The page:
People should be aware, the above examples are by no means an exhaustive list of recent failures of QC by the pharmaceutical industry.
The Pharmaceutical Industry Double standard.
The pharmaceutical industry, via a generally biased and or manipulated media, often claims the above QC issues are rare, and anomalies, but a simple search at the FDA.gov web site and some ‘net searching will show anyone that’s simply not the case, and things are growing worse. The reason may be due to current economic realities forcing drug makers to put QC on the low priority list as they attempt to increase their profits through extensive cost-cutting, by laying people off, using lower cost raw material suppliers of questionable quality, and other factors.
The pharmaceutical industry has quite a double standard for itself. For example, when people look to compounding pharmacies in an attempt to avoid the outrageous profit margins from various brand-name drugs, pharmaceutical companies have claimed compounding pharmacies are potentially less safe due to lacking FDA-mandated quality control standards, yet these very companies often fail adhere to acceptable manufacturing standards themselves. The pharmaceutical industry attempts the same treatment for the supplement industry (claiming supplements to be inherently less safe due to lack of FDA oversight), when again, they often fail to follow good manufacturing practices (GMP) and put lives in danger; which does not include the 106,000+ deaths per year from adverse effects of FDA approved and regulated medications. (2)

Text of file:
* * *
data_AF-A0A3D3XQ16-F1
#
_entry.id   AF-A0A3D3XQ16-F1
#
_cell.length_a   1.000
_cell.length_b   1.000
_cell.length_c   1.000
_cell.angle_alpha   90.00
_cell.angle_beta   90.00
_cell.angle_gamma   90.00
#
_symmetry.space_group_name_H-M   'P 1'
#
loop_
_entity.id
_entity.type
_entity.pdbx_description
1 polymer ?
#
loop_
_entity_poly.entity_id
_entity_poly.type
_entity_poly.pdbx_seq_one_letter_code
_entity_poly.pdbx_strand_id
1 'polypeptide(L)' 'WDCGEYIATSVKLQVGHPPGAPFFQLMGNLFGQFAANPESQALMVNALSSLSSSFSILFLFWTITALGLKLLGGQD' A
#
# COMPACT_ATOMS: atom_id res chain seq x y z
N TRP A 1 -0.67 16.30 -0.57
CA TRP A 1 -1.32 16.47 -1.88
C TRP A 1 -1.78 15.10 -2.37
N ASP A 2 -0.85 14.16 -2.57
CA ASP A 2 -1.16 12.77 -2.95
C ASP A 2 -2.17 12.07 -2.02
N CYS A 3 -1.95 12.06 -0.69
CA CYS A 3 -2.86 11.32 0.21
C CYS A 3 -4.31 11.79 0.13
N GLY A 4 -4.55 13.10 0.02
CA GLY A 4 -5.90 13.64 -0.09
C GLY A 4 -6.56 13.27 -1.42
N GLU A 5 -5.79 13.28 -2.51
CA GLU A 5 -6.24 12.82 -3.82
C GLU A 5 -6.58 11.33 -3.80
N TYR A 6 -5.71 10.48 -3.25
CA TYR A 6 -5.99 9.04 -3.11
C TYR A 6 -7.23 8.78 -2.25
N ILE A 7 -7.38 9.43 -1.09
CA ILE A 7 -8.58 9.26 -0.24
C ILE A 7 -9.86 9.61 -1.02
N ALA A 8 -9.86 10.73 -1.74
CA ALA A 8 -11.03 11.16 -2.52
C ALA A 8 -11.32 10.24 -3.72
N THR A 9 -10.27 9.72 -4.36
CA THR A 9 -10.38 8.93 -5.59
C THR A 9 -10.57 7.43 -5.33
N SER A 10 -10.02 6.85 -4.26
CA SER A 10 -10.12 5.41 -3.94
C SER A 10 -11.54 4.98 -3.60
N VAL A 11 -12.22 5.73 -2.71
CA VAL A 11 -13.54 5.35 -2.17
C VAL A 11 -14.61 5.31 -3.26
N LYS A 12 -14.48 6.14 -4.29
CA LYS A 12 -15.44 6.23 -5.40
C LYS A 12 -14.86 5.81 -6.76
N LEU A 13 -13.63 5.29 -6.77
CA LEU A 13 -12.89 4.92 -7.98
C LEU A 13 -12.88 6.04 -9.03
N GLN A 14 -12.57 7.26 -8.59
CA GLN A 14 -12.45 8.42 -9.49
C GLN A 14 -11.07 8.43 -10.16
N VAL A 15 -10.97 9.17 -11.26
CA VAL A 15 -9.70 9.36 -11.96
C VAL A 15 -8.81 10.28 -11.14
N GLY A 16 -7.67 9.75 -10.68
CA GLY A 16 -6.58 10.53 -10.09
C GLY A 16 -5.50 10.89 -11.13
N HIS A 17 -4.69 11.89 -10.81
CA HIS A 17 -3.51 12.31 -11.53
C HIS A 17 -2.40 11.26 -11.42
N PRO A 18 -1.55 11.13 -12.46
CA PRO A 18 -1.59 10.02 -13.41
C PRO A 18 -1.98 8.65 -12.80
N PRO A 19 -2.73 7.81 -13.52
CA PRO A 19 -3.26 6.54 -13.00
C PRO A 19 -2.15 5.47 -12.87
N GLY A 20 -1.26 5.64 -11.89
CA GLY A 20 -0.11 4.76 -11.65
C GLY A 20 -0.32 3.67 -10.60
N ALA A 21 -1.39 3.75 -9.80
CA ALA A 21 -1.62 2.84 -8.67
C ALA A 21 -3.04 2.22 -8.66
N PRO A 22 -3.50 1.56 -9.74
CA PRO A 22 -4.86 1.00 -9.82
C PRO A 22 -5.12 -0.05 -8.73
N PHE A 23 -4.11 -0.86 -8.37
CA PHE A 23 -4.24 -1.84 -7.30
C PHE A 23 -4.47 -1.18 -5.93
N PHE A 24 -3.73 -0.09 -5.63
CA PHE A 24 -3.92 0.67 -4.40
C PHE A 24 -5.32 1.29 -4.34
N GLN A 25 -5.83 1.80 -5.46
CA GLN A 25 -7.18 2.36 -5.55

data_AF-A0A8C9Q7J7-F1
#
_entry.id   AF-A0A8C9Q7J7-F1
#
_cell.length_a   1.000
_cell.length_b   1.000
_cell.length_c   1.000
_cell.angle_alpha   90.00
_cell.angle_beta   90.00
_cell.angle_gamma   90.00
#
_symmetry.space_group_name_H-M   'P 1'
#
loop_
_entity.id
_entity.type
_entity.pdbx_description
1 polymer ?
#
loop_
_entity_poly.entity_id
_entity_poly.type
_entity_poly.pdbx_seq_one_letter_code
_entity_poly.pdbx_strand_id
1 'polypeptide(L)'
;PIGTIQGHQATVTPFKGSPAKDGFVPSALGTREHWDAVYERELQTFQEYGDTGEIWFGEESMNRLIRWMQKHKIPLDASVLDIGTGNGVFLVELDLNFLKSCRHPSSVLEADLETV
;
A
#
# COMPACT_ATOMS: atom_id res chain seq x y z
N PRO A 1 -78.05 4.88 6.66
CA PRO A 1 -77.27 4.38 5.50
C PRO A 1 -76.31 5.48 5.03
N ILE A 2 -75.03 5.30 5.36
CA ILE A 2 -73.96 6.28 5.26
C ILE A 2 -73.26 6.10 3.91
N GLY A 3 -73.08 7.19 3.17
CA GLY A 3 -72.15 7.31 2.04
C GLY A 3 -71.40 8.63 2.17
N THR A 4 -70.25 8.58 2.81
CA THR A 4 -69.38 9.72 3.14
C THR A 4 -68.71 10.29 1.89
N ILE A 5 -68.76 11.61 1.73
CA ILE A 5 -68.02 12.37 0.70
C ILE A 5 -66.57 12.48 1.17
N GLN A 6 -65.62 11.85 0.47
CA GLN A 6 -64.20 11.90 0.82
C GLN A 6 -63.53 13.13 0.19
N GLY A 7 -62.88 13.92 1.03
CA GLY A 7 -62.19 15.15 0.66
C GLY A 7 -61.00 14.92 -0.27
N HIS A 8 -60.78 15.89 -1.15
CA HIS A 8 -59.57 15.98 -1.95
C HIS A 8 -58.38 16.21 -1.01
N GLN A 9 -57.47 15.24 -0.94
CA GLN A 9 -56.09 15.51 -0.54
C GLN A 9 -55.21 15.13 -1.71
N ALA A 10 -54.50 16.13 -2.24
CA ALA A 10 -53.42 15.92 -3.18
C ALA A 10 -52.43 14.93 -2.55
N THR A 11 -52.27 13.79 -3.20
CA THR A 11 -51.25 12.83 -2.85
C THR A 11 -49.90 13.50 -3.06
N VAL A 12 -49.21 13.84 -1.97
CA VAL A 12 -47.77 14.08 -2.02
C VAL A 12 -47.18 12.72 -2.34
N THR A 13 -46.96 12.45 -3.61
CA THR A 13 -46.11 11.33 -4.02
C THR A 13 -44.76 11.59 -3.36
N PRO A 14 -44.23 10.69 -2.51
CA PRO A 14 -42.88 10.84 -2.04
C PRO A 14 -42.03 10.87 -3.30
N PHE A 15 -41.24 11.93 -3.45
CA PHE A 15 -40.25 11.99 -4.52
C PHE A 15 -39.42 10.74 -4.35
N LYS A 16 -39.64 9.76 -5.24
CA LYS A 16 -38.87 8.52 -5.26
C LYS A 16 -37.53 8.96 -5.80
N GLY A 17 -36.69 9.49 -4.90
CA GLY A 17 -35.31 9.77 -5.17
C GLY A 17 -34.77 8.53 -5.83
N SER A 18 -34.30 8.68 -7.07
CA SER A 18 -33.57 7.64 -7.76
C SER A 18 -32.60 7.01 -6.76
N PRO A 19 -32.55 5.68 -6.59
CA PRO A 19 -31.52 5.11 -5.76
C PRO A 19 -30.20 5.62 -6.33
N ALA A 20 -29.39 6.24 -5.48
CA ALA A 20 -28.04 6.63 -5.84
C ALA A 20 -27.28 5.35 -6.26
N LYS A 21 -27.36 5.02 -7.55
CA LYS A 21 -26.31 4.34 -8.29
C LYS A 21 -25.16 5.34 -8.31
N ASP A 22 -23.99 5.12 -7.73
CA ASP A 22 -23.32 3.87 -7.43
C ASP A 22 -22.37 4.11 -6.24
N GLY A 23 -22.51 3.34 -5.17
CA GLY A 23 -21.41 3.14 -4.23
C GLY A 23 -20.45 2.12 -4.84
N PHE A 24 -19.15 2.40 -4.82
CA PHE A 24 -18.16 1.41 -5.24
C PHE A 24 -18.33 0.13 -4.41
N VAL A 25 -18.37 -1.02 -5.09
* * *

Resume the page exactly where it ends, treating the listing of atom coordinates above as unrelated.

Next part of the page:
Although the FDA appears to have stepped up it’s enforcement of QC issues found in the pharmaceutical industry, the FDA and pharmaceutical industry have a complex, often nepotistic relationship. For example, according to Dr, Marcia Angell – former editor of the New England Journal of Medicine and author of THE TRUTH ABOUT THE DRUG COMPANIES: “The FDA reviews drugs for safety and effectiveness before they are allowed on the market, but drug companies pay large “user fees” in return for quick reviews. That means the agency is beholden to the industry it is supposed to regulate.” This is one of various ways the FDA is “beholden to the industry it is supposed to regulate” with other examples easy to uncover.
The pharmaceutical industry enjoys impressive profits, and profit margins, and pays a kings ransom in lobbying efforts and direct-to-consumer advertising, in an attempt to maintain their monopoly. They accuse compounding pharmacies and the supplement industry – and anyone else who competes with them - of failing to do what they themselves have ignored: paying attention to quality control and stringent manufacturing practices.
Hopefully, the American public will no longer tolerate it, and let law-makers know they are no longer in the dark regarding the pharmaceutical industry’s blatant disregard for their safety.
(1) Kathi J Kemper, Kaylene L Hood. Does pharmaceutical advertising affect journal publication about dietary supplements?BMC Complementary and Alternative Medicine 2008, 8:11doi:10.1186/1472-6882-8-11
(2) Barbara Starfield, MD, MPH. Medical Errors – A Leading Cause of Death. The Journal of The American Medical Association (2000:284:94)
* = emphasis mine